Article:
The contrarian approach offers one of the biggest opportunities in the processed blueberry industry: focus on the long game of achieving alignment in the supply chain. The more growers, processors, handlers, buyers and product creators can collaborate and seek mutual benefit, the greater value they will generate for all.

It sounds very altruistic, but many other fruit industries have come to this conclusion and found solutions. The Washington apple industry is a good example. 30 years ago, they faced the same struggles with all product bought at a grower’s dock long before a final sale was committed. Although there still remains plenty of room for improvement, the apple business is much healthier and value focused. They now have aligned commission-based marketing systems with incentives for quality, the right genetics, grower fidelity, marketer transparency and the like. The fresh blueberry industry is much further along this path already as well.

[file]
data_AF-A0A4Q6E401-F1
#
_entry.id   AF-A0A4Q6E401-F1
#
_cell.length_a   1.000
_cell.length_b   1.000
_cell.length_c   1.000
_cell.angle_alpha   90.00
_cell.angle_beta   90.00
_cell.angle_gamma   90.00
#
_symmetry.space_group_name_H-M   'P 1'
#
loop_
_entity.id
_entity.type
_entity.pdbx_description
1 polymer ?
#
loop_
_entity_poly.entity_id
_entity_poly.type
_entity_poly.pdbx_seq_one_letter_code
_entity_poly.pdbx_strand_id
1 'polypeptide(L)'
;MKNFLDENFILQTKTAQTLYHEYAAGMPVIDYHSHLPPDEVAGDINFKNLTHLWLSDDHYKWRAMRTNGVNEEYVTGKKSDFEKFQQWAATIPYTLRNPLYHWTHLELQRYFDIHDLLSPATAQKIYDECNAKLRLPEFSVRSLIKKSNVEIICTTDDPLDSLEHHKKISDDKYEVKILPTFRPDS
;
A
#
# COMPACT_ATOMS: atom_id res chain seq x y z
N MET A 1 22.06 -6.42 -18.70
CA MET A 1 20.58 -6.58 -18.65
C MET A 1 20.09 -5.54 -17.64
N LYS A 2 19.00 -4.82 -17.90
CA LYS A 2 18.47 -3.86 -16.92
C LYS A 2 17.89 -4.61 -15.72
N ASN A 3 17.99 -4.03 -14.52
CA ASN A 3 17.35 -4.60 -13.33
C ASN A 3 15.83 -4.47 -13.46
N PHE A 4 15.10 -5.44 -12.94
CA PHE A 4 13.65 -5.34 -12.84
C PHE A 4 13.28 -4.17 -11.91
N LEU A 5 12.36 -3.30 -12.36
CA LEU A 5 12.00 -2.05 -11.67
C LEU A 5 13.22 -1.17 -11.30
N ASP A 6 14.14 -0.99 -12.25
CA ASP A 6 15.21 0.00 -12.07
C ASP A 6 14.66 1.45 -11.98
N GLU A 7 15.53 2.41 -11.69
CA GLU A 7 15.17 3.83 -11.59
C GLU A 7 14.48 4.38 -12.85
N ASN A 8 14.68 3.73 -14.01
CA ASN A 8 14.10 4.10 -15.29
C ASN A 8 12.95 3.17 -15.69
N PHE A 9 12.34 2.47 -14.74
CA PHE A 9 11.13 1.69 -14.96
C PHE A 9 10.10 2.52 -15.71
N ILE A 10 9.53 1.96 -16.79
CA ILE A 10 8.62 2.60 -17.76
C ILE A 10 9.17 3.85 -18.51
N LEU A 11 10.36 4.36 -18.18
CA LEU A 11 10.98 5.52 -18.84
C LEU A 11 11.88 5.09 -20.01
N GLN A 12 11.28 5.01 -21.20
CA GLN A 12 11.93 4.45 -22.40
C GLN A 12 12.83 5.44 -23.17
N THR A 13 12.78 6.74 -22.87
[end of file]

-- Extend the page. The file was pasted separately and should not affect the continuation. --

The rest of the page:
There exists an alignment opportunity that will benefit all in the processed blueberry business. A longer term perspective and commitment to aligning with a program that delivers value to all is worth consideration. The caveat – this commitment may involve missing out on the occasional windfall years when prices are high. However, long-term, strategy-driven businesses are not built on the fleeting hopes of a windfall year.

As the North American blueberry industry grows from 500 million pounds to a billion pounds in the coming decade, the most successful companies in the processed blueberry business will participate in these aligned business models. They won’t be standing along the walls at the dance waiting for someone else to extend a hand and make the first move.